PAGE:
For many patients with advanced Parkinson's disease, deep brain stimulation can mean the difference between having difficulty walking and being able to run. Since its approval by the Food and Drug Administration in 1997, the treatment has been used by 20,000 patients with advanced Parkinson's disease or other movement disorders to help control their symptoms. Now, researchers have discovered that surgically implanting electrical stimulators on just one side of a patient's brain could help alleviate symptoms on both sides of the body, potentially cutting the surgery risk for some patients. The results are published in the October issue of the journal Motor Control.
There are currently two sites in each hemisphere of the brain where stimulation is targeted. In the same study, researchers found no significant difference in motor performance between two groups of patients who received stimulation at either site. But given past evidence that patients who receive stimulation at one of the sites may be more prone to depression and other neuropsychological conditions, the study's authors conclude the current bias toward placing the implants on that site may be unwarranted.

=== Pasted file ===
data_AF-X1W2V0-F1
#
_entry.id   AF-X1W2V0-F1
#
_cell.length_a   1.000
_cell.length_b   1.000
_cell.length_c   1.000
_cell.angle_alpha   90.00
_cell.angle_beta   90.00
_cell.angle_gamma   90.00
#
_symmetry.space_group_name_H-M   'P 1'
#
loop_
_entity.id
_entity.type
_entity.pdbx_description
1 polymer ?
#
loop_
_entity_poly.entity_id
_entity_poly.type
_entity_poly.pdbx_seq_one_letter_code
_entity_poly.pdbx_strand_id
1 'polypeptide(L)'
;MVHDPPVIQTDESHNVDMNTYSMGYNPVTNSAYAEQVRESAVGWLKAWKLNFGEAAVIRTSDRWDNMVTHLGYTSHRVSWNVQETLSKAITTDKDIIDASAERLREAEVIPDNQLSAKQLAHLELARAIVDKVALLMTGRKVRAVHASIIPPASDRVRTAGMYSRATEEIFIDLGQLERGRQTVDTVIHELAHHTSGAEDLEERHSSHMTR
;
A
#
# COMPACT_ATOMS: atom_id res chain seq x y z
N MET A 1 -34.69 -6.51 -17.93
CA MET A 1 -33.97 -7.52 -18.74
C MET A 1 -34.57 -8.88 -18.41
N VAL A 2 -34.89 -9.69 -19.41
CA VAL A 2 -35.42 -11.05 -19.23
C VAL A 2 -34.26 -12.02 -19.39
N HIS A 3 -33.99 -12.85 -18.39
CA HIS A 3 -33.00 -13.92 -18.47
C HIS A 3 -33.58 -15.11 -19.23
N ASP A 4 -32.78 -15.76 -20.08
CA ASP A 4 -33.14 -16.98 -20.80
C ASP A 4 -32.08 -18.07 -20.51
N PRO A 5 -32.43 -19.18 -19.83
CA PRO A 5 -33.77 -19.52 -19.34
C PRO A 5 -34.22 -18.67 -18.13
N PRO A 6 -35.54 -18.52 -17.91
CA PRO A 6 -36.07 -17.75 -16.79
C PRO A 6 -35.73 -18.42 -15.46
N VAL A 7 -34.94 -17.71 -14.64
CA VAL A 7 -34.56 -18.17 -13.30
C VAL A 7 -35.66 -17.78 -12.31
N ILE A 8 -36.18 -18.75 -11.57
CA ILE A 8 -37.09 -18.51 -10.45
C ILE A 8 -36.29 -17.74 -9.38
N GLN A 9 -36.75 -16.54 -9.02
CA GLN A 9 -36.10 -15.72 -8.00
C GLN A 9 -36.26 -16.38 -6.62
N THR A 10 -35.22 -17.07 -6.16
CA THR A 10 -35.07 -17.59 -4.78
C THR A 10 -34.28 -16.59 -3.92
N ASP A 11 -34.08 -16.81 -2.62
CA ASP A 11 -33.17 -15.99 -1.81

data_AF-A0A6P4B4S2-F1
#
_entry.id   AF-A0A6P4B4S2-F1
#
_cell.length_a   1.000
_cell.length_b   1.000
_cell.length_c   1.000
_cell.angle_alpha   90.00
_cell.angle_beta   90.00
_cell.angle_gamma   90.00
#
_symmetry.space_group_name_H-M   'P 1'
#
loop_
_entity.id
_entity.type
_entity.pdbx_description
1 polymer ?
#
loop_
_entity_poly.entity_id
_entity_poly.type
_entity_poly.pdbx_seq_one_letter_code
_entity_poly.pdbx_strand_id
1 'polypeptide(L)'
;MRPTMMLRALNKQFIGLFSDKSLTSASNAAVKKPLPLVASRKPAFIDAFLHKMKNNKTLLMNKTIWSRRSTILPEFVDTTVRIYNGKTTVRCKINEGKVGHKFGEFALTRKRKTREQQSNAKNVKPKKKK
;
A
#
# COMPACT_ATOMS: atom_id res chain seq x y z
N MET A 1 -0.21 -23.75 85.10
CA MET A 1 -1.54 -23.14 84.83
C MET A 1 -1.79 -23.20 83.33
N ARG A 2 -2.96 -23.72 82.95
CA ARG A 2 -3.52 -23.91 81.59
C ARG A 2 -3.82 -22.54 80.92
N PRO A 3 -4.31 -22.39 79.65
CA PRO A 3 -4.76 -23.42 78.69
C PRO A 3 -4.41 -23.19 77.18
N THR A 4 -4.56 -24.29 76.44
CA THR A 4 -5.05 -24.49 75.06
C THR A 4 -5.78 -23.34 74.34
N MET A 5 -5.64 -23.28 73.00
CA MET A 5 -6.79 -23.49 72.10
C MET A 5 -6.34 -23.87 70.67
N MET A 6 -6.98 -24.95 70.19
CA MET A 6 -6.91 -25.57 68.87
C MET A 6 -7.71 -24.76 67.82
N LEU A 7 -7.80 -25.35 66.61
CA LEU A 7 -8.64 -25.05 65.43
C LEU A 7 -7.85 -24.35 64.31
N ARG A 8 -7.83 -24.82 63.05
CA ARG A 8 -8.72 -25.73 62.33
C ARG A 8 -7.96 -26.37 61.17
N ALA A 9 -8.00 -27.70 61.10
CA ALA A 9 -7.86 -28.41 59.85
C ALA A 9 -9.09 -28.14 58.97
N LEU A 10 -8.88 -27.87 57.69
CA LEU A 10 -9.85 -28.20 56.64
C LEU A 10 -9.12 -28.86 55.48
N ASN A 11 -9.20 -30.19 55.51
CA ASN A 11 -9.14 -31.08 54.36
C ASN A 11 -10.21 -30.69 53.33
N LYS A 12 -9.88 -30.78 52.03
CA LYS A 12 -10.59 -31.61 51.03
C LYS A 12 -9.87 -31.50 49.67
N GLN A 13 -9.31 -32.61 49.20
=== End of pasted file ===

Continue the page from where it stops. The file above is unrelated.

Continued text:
"These data clearly indicate that unilateral deep brain stimulation improves bilateral motor performance of the arms and hands," said Jay Alberts, an assistant professor in the School of Applied Physiology at the Georgia Institute of Technology.
Alberts, along with researchers from Emory University and the University of Florida, collaborated on a study in which 10 patients with advanced Parkinson's disease participated in a series of tests designed to measure upper body motor performance. The tests were designed to mimic everyday activities that Parkinson's patients often have trouble with, such as opening jars or tying shoelaces. The patients performed the tests while the stimulator was on and then three hours after it was turned off.
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Contact: David Terraso
Georgia Institute of Technology
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